Saturday, December 11, 2021

31 Days Of CCS, #11: Rebecca Schuchat

Rebecca Schuchat's work at CCS has been interesting because I'm not quite sure what kind of cartoonist she wants to be, and I'm not sure she is either. She has wisely used her time at CCS to explore a lot of different approaches to cartooning. One thing that is clear is that she has an observer's sharp eye. In Train, for example, this is a landscape-formatted comic that's spiral-bound, with a plastic cover. Using watercolors, she tells the story of the kind of people who get on the Q train in New York, starting with Coney Island and ending on 96th Street in Manhattan. 

It's an entirely wordless comic, (other than announcements from the PA) but it's not without communication. Indeed, she follows each of the passengers with thought balloons that contain images. This is what carries the narrative, and they vary from people thinking about food, sex, pets, aliens, Karl Marx to everyone thinking about flowers when someone walks in with a big bouquet. Schuchat's use of color is bright and bold but still restrained, as that particular technique lends itself to a more nuanced use of palette than standard computer coloring. However, what really stands out here is Schuchat's use of line. Even with a relatively stripped-down figure drawing style, Schuchat's thick line is highly effective in not letting color overwhelm her pages, and her use of gesture and body language is top-notch.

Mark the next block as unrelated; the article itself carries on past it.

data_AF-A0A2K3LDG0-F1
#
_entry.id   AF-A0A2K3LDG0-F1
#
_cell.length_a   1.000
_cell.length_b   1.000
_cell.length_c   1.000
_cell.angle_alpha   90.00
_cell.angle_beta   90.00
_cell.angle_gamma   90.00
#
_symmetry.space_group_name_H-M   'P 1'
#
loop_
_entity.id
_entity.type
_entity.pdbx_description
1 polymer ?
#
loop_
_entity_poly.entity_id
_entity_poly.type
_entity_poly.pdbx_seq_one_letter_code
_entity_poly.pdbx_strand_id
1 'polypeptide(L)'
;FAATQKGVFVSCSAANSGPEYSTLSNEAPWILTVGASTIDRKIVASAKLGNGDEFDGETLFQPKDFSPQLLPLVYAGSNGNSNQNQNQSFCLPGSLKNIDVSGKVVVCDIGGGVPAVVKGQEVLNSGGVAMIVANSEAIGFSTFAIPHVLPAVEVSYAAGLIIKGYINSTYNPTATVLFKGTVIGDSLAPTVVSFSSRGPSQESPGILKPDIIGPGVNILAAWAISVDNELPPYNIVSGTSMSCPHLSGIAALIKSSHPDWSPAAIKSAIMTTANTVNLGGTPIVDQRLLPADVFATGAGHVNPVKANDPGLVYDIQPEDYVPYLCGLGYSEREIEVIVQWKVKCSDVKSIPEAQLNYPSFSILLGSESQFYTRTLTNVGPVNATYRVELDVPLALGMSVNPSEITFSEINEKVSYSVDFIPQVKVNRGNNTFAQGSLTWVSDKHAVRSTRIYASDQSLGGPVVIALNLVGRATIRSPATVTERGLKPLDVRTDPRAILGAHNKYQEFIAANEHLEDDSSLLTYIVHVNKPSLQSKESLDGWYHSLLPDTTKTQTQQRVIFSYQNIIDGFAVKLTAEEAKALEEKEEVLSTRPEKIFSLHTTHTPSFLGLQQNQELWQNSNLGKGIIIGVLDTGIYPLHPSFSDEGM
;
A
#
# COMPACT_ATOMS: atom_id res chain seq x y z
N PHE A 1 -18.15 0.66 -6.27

Her other entry, an accordion version of a webcomic called The Filibuster, is straight-up comics journalism and advocacy. ("Applied comics," as they would say at CCS.) It's well-researched and well-written, as she creates a compelling case for why the Congressional filibuster needs to be ended. She lands a particularly good point when she says that the spirit of the filibuster--lively debate--is all but dead, given that people no longer actually discuss issues and can actually do it online. That said, it's not especially visually compelling. I realize that Schuchat was trying to go for red and blue to represent the parties, but the light blue and purplish-red acted as distractions, especially with the zip-a-tone effect that she used. Schuchat had to use a lot of caricature and naturalistic drawing, which I don't think is a particular strength. Of course, this comic (originally published at The Guardian) had a wider audience, and her storytelling was certainly clear enough to do the job, especially with her use of infinite scroll instead of a standard grid. The art felt secondary to her writing and bordered on being illustration instead of being a comic. That said, her even-handed descriptions of hot-topic events make her well-suited for comics journalism, but a more interesting visual approach would better serve her advocacy. 

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